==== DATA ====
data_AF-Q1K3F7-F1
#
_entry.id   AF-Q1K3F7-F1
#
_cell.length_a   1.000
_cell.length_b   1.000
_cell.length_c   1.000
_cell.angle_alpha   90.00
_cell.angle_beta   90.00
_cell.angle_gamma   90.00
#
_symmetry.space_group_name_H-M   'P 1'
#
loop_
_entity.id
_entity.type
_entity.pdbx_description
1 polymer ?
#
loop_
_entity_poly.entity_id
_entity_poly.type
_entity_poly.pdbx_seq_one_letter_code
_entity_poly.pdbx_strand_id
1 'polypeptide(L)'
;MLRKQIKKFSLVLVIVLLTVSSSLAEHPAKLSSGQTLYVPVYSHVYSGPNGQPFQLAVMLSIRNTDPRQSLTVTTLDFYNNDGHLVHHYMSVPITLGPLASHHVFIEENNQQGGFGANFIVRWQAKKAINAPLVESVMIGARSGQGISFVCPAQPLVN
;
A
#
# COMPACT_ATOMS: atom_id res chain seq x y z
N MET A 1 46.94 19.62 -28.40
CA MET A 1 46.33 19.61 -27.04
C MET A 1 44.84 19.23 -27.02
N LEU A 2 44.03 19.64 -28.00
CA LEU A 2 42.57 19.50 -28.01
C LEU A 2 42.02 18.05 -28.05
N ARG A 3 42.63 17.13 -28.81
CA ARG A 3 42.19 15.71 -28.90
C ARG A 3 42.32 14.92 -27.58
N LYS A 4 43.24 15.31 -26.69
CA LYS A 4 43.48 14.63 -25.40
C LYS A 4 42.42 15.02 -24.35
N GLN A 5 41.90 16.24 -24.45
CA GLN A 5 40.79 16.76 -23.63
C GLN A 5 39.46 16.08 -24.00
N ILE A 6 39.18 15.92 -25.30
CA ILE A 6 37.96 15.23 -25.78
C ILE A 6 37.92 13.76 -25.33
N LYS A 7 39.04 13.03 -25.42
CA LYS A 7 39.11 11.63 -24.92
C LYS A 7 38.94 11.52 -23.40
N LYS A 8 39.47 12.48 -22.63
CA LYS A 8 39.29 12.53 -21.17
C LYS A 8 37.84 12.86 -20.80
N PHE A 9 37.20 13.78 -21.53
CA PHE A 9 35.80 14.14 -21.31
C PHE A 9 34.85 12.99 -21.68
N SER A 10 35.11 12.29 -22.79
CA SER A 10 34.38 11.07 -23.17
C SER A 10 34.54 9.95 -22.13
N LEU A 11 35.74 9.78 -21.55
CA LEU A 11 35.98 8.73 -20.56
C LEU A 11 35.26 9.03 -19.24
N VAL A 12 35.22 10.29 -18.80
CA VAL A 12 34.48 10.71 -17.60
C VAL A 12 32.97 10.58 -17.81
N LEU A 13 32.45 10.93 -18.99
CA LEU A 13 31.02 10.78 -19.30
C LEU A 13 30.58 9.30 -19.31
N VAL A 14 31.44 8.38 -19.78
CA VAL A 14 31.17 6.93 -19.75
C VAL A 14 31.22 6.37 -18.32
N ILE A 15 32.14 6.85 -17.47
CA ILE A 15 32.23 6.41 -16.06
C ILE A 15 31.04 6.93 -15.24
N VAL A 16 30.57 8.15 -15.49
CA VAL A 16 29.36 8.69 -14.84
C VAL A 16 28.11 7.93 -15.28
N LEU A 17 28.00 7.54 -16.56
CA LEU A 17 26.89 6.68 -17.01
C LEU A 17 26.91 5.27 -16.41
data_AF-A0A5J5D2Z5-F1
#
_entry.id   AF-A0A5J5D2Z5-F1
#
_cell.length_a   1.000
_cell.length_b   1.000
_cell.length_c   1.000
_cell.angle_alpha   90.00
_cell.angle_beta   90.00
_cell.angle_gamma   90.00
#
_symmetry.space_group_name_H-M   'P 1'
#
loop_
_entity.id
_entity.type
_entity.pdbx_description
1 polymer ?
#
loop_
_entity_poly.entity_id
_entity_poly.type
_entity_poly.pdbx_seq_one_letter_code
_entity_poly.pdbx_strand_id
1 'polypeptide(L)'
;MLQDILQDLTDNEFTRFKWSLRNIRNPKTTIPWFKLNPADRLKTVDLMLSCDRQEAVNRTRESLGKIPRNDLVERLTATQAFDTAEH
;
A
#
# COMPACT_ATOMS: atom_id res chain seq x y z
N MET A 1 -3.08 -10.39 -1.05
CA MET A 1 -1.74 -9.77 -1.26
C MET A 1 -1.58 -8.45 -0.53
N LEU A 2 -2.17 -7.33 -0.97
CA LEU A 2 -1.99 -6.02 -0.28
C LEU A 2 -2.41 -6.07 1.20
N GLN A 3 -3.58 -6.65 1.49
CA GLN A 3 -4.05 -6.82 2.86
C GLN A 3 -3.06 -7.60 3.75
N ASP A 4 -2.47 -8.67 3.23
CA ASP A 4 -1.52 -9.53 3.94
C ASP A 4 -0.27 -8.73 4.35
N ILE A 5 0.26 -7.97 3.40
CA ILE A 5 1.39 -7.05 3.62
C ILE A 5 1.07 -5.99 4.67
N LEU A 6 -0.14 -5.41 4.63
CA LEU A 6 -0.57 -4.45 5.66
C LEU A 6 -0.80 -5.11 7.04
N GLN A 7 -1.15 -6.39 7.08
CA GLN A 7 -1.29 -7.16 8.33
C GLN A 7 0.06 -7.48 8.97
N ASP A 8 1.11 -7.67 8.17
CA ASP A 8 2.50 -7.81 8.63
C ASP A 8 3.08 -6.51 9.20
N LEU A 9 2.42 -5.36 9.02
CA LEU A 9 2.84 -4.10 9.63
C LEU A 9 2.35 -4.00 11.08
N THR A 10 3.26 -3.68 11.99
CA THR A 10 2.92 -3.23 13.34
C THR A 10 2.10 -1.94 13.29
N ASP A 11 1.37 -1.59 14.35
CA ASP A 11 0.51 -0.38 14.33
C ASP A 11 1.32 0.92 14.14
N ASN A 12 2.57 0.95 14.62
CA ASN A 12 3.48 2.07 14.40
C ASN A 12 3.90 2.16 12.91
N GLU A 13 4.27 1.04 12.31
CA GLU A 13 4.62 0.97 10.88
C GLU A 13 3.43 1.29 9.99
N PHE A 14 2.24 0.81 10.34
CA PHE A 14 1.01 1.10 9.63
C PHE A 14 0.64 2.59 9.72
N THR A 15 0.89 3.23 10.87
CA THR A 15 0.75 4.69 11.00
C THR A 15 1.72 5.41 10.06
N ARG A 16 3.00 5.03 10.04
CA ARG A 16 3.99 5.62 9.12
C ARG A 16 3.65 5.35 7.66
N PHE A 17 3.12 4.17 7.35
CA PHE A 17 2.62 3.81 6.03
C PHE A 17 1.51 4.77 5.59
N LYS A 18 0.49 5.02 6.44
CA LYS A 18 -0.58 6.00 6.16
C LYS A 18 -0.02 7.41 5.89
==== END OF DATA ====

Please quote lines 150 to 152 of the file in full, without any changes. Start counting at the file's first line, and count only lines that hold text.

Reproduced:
C GLU A 13 3.43 1.29 9.99
N PHE A 14 2.24 0.81 10.34
CA PHE A 14 1.01 1.10 9.63